The Boston condo for sale shortage is expected to get more extreme as homebuyer demand continues to outweigh inventory levels, a new study found.
As the spring Boston real estate buying season begins, HouseCanary’s latest Market Pulse report compared data between March 2021 and March 2020 and found the volume of new monthly listings nationwide to be down 11.5% year over year. Last month, 284,298 new listings were placed on the market, a 0.9% decrease compared to March 2020. Additionally, 348,422 listings went under contract across the country, a 22.7% increase from March 2020.
New listing activity year-over-year decreased by 24.3% for homes in the $200,000 and under range. Homes listed between $200,000 and $400,000 had a decrease of 13.2%. New listing activity increased in houses priced above $400,000. New home listings between $400,000 and $600,000 were up 15.1%, and homes priced from $600,000 to $1 million were up 47%.
Boston real estate price appreciation continues to accelerate as the ongoing supply shortage drives prices up, the report found. That shortage is expected to continue over the coming months. The median single-family home price for the week ending April 2 was $378,408, up 16.5% year over year. The median closed price was $367,242, up 22.4%. Additionally, the month-over-month median price of single-family listings was up 2.2% and median prices of closed listings were up 5.4%.
“As we enter the spring home buying season, the market is experiencing extremely limited supply compounded by an outsized level of demand that shows no signs of easing,” HouseCanary Co-founder and CEO Jeremy Sicklick said in a press release. “Bidding wars have broken out across the country, and homes on the upper end of the price spectrum are selling at significantly higher rates compared to a year ago. The extreme supply shortage continues to put upward pressure on single-family home prices – a more favorable environment for sellers – and we expect this trend to continue over the coming months. Looking further ahead, however, rising mortgage rates could cool future price growth as potential buyers continue to get priced out of the market.
Listing inventory levels are down significantly in the Bay State.
For the week ending April 2, new listings in Massachusetts were down 45.1% from week ending March 13, 2020, down 2.5% year over year and down 31.7% week over week.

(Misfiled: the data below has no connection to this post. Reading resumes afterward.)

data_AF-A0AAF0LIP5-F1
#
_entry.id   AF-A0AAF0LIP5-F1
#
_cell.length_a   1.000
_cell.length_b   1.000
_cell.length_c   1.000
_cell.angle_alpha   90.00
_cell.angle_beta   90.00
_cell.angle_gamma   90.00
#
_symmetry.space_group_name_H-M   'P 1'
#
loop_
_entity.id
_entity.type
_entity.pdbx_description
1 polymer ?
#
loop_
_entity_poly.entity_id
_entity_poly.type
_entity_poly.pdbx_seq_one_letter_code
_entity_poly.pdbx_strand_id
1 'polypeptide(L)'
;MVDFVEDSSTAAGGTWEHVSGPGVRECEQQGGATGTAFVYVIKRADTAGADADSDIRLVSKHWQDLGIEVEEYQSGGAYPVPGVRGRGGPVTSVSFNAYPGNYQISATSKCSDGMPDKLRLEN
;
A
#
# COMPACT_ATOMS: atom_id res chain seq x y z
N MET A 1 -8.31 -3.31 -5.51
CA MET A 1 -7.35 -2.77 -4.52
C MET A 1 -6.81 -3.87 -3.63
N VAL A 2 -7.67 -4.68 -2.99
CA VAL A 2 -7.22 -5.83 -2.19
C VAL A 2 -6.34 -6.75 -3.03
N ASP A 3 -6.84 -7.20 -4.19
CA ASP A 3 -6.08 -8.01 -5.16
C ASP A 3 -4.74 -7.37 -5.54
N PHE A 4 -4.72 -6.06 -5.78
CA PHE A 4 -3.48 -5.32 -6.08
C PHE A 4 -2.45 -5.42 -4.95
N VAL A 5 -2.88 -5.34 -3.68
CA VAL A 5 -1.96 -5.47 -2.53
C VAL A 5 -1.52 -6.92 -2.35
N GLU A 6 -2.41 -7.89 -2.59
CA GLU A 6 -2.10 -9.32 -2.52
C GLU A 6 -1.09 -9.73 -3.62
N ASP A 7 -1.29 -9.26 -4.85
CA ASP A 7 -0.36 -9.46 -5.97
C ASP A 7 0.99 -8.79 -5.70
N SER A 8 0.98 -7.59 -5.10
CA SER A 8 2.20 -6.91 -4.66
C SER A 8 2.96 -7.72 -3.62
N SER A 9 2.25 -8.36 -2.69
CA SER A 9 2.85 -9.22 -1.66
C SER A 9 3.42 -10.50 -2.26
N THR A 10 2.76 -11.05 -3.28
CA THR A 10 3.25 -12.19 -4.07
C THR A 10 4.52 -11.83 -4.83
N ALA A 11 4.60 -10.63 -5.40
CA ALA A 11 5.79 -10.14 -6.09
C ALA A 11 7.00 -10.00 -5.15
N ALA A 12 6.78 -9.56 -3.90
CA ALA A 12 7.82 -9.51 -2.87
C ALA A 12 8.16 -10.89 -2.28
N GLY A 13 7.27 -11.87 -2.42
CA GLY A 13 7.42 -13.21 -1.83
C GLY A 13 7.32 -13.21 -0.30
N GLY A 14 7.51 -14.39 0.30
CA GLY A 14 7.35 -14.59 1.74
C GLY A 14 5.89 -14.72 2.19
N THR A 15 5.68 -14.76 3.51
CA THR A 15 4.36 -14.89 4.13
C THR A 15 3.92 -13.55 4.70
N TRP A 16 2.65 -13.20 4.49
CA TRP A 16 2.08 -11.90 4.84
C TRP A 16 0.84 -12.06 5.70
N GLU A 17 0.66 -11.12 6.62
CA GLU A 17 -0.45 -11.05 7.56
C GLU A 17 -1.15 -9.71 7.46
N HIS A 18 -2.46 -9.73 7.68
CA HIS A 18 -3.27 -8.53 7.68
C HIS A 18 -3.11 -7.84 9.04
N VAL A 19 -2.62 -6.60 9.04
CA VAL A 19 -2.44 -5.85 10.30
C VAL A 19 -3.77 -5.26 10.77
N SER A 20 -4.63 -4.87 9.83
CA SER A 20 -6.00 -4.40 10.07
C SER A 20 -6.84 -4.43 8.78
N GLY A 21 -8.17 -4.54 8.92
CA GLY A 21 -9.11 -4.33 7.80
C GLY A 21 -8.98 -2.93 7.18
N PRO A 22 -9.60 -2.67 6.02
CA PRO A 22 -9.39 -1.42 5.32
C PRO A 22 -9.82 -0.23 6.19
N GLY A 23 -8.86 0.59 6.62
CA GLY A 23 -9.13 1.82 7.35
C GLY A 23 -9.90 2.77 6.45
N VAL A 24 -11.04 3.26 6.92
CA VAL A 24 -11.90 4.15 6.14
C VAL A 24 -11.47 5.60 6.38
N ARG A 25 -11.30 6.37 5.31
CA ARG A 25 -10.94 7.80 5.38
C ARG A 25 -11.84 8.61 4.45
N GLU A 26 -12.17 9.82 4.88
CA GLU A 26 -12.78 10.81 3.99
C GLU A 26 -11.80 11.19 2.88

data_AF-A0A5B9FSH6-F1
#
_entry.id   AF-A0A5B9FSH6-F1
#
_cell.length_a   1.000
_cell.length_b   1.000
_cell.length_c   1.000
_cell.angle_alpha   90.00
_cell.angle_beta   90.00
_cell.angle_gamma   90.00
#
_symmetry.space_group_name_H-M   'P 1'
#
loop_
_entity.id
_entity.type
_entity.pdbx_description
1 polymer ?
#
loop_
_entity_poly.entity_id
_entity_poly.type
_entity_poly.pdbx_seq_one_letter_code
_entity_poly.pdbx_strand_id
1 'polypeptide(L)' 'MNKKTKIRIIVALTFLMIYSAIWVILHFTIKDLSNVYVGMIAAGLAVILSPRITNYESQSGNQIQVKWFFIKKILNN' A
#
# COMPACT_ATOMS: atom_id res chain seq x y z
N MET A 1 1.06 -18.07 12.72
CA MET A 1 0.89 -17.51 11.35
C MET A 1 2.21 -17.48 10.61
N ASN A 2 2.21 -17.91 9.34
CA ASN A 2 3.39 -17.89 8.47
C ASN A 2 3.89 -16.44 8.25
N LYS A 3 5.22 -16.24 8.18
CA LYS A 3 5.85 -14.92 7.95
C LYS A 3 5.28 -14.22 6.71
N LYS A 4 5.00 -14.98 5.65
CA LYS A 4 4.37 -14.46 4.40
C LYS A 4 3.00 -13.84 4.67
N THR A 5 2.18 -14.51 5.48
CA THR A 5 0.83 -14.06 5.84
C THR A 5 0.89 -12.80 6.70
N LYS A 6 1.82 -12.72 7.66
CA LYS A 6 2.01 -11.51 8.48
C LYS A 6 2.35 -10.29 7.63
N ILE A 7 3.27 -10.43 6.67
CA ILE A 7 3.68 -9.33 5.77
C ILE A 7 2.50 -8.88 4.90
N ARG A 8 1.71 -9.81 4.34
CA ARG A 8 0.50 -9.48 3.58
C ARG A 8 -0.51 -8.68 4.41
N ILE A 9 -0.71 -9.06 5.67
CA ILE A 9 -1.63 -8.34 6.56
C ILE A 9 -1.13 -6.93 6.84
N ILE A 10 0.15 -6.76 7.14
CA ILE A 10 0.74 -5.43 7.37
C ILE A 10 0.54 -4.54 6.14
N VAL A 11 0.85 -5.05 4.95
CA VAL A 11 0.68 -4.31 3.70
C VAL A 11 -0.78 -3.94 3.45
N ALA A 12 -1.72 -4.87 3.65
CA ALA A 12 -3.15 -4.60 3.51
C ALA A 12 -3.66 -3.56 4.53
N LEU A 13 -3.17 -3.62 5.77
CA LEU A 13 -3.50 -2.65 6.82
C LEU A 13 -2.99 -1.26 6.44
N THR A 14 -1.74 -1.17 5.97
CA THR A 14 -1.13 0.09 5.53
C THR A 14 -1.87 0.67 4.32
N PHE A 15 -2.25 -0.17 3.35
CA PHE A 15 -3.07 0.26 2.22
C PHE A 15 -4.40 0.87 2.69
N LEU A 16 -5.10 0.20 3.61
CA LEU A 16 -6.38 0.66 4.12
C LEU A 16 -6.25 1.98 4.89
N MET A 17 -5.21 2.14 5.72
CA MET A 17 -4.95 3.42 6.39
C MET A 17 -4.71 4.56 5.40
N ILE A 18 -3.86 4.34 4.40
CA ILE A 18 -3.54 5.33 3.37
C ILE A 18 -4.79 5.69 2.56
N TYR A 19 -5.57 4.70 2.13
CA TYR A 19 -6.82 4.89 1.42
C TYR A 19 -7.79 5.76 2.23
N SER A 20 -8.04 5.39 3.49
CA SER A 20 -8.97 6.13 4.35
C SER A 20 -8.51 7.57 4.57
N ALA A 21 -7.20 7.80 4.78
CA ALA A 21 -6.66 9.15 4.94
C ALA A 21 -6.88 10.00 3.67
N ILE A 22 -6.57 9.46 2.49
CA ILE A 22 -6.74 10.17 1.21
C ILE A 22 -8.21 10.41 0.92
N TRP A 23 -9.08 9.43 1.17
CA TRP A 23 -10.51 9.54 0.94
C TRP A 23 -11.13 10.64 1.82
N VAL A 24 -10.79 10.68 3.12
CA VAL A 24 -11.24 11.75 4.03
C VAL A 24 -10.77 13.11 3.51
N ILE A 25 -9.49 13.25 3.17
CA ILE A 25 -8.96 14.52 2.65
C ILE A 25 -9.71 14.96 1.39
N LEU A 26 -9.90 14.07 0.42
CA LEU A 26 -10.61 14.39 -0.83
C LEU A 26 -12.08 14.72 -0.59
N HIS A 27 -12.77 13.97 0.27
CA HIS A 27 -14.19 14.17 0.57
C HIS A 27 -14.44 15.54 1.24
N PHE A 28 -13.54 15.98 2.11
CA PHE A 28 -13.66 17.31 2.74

During that same time period, homes stayed on the market for 12 days, down 53.8% from week ending March 13, 2020 and down 75.5% year over year.
The report also found the median new list price of a home in the Bay State is $499,000, up 0.9% from week ending March 13, 2020 ($494,450) and up 10.9% year over year ($449,900).
Additionally, there were 1,321 listings under contract week ending April 2, a 2.1% decrease from week ending March 13, 2020 (1,350) and up 85.8% year over year (711).
There has been a great amount written on millennials and their impact on the Boston condo for sale market. However, the headlines often contradict each other. Some claim this generation is becoming the largest share of first-time Boston downtown condo buyers, while others claim millennials don’t want to own a Boston condo, blaming them for the dip in homeownership rate.
While it is true that millennials have achieved milestones like getting married, having kids, and buying Boston Beacon Hill condos later in life than their parents and grandparents did, they are not solely to blame for today’s housing market trends.
Freddie Mac’s Insight Report explored the impact of the Silent and Baby Boomer Generations on the housing market.
If millennials are unable to find a home to buy at a young age like their predecessors, then who is living in those homes?
The answer: Seniors born after 1931 are staying in their homes longer than previous generations, instead choosing to “age in place.”
Freddie Mac found that,
“this trend accounts for about 1.6 million houses held back from the market through 2018, representing about one year’s typical supply of new construction, or more than half of the current shortfall of 2.5 million housing units estimated in December’s Insight.
Older Americans prefer to age in place because they are satisfied with their communities, their homes, and their quality of life.”
According to the National Association of Realtors, inventory of homes for sale is currently at a 3.5-month supply, which means that nationally we are in a seller’s market. A ‘normal’ housing market requires 6-7 months inventory, a level we have not achieved since August 2012.
“The most important fundamental in today’s housing market is the lack of houses for sale. This shortage has been identified as an important barrier to young adults buying their first homes.”
If you are one of the many seniors who desires to retire in the same area you’ve always lived, you’re not alone. Will your current Beacon Hill home fit your needs throughout retirement? If you have any questions about demand for your Boston downtown condo, let’s get together to discuss the opportunities available today.